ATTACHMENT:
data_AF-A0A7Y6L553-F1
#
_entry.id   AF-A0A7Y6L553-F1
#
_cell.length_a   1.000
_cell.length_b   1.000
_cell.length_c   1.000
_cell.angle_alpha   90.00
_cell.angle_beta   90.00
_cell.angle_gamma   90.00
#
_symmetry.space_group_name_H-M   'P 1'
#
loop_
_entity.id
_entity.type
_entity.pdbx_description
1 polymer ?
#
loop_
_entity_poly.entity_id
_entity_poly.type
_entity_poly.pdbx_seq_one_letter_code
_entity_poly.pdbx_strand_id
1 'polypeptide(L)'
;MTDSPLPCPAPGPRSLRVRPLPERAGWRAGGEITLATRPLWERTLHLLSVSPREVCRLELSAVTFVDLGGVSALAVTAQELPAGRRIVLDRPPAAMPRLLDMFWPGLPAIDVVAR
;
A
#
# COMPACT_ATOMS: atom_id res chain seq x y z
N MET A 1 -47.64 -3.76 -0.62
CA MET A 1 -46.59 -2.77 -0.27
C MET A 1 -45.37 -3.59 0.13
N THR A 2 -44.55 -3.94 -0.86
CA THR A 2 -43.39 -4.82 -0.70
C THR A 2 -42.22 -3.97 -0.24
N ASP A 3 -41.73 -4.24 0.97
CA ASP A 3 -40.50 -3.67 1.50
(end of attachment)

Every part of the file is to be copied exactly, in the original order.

data_AF-A0A7Y6L553-F1
#
_entry.id   AF-A0A7Y6L553-F1
#
_cell.length_a   1.000
_cell.length_b   1.000
_cell.length_c   1.000
_cell.angle_alpha   90.00
_cell.angle_beta   90.00
_cell.angle_gamma   90.00
#
_symmetry.space_group_name_H-M   'P 1'
#
loop_
_entity.id
_entity.type
_entity.pdbx_description
1 polymer ?
#
loop_
_entity_poly.entity_id
_entity_poly.type
_entity_poly.pdbx_seq_one_letter_code
_entity_poly.pdbx_strand_id
1 'polypeptide(L)'
;MTDSPLPCPAPGPRSLRVRPLPERAGWRAGGEITLATRPLWERTLHLLSVSPREVCRLELSAVTFVDLGGVSALAVTAQELPAGRRIVLDRPPAAMPRLLDMFWPGLPAIDVVAR
;
A
#
# COMPACT_ATOMS: atom_id res chain seq x y z
N MET A 1 -47.64 -3.76 -0.62
CA MET A 1 -46.59 -2.77 -0.27
C MET A 1 -45.37 -3.59 0.13
N THR A 2 -44.55 -3.94 -0.86
CA THR A 2 -43.39 -4.82 -0.70
C THR A 2 -42.22 -3.97 -0.24
N ASP A 3 -41.73 -4.24 0.97
CA ASP A 3 -40.50 -3.67 1.50